Expert offers 5 favorite Arizona culinary road trips

Above: Li’l Abner’s Steakhouse in Tucson. Experience AZ | 3 Sep |

One of the best ways to social distance this September is by hitting the road and taking a good old fashioned road trip to some of Arizona’s sleepy towns and hidden gems. Peggy Fiandaca, winemaker and co-owner of LDV Winery, shares some of her favorite culinary road trips — including where to stay and grab a bite and of course, a glass of wine — such as:

Turquoise Room at La Posada Hotel in Winslow

A great place to stay and experience incredible southwestern cuisine prepared by Chef John Sharpe who focuses on local and Native American ingredients in inventive ways.

Café Roka in Bisbee

Opened in Old Bisbee in 1992 by Chef Rod Kass and Sally Holcomb, the restaurant features quality, locally sourced ingredients that inspire incredible meals (especially when paired with a local Arizona wine!).

LB Cantina in Florence

Serving Sonoran Style Mexican cuisine for more than 40 years, LB Cantina is a perfect place to add to your list of culinary road trips and to dine before strolling the town’s short historic Main Street or having a beer at the River Bottom Grill. Other notable stops include the McFarland State Historic Park and nearby Tom Mix Memorial, Casa Grande Ruins National Monument, The Windmill Winery, and St. Anthony’s Monastery, a Greek Orthodox Monastery.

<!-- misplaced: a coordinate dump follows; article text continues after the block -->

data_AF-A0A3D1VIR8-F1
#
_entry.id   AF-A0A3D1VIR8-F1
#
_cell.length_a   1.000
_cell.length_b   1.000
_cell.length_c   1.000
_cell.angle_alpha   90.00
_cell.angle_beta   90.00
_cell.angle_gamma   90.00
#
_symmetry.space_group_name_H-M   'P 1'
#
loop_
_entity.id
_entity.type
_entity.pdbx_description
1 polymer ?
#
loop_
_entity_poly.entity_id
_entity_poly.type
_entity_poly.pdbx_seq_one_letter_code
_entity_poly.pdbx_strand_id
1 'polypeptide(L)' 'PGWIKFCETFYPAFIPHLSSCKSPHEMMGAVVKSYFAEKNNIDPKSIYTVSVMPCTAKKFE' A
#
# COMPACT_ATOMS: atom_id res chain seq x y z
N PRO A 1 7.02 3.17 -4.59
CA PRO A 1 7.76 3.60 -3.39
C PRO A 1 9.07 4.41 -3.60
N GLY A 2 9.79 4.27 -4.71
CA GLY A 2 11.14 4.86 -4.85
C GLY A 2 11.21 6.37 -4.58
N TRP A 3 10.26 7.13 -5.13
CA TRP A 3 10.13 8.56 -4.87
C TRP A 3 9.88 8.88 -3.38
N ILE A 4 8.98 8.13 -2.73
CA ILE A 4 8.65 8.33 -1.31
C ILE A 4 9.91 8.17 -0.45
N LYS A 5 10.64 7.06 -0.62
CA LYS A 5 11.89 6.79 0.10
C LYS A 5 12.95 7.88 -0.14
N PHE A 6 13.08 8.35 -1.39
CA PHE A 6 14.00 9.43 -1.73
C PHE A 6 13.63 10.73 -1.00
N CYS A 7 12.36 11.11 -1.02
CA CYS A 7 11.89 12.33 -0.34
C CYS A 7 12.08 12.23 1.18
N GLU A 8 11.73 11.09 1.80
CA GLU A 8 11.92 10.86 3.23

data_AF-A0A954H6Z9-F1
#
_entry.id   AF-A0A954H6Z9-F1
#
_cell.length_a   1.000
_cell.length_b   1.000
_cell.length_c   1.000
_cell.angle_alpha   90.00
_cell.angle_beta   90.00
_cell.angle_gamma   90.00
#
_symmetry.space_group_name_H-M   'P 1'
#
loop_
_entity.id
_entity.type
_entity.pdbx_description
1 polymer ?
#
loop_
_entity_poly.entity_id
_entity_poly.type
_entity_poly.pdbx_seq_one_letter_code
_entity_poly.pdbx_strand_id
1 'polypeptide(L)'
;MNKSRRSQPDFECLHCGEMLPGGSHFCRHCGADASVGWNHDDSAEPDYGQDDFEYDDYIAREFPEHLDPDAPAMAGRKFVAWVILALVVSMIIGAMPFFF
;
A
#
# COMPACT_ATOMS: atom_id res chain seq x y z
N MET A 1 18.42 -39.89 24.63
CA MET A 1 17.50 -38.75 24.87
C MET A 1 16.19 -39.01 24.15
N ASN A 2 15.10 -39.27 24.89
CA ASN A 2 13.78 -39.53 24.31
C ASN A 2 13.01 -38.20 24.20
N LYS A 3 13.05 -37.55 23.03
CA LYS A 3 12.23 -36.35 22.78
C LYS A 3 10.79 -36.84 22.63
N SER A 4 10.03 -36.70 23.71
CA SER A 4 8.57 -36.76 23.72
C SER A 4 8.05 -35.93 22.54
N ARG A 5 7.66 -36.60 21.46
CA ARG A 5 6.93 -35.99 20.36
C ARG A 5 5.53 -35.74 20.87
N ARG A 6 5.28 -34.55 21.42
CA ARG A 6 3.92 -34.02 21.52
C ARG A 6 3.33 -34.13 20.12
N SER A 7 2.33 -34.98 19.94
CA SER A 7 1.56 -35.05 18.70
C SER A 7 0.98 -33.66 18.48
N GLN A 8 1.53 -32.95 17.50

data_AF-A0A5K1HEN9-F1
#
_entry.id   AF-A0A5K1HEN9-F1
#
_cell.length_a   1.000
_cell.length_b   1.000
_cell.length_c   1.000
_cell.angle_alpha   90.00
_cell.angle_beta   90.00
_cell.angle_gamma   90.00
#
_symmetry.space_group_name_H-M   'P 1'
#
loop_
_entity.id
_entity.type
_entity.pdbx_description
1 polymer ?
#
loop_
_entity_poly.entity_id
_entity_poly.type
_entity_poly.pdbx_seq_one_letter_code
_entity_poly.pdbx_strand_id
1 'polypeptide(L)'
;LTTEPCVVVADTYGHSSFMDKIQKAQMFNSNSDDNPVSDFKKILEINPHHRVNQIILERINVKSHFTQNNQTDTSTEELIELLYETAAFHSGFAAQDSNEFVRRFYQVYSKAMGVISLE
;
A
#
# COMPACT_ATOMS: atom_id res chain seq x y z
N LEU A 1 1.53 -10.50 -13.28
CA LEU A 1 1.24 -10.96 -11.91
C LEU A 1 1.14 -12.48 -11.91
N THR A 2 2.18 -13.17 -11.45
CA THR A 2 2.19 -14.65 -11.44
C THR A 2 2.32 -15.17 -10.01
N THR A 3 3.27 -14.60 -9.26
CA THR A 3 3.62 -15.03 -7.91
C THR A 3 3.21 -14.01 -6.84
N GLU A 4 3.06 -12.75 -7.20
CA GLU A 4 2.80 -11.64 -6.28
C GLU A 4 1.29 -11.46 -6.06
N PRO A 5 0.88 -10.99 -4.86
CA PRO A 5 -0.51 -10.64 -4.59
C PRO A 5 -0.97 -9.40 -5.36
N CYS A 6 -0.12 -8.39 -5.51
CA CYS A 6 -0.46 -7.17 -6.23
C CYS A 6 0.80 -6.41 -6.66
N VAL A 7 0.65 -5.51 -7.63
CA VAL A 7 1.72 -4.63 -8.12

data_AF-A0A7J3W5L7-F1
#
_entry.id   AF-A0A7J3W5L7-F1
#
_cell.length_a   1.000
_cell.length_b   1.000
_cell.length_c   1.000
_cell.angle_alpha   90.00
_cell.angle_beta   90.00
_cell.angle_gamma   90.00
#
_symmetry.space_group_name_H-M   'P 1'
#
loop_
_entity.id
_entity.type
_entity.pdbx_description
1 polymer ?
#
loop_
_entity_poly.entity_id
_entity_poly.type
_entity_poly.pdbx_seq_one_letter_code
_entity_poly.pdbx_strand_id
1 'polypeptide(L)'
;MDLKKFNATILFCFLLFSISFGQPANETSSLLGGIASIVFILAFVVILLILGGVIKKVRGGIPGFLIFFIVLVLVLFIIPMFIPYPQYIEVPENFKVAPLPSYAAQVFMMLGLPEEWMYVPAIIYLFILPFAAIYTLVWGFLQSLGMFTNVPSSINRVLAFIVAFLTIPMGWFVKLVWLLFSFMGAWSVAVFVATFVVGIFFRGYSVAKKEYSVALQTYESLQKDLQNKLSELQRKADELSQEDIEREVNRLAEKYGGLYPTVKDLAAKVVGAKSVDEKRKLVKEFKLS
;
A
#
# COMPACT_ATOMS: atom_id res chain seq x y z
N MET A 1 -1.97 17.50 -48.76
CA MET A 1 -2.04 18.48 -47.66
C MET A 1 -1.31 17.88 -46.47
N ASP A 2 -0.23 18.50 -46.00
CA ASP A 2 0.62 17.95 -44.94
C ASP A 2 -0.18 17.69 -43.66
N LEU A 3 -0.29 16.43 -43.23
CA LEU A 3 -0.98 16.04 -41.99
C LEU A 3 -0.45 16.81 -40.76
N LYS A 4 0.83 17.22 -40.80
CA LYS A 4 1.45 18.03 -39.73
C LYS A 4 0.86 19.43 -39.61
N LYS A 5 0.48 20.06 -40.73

Elvira’s Restaurant in Tubac

This restaurant is known for a long list of moles they have perfected. After enjoying some modern Mexican food, wander through the town’s art galleries; visit the Tubac Presidio State Historic Park and Tumacacori National Historical Park; play a round of golf at Tubac Golf Resort and Spa, where the movie Tin Cup was filmed; or drive into Nogales to explore a border community.

Li’l Abner’s Steakhouse in Tucson

Not much has changed since it was established in 1947, except that this quirky steakhouse is now surrounded by master-planned communities. But the beautiful patio — ideal for sitting under the stars and smelling steaks being grilled over mesquite — still remains.

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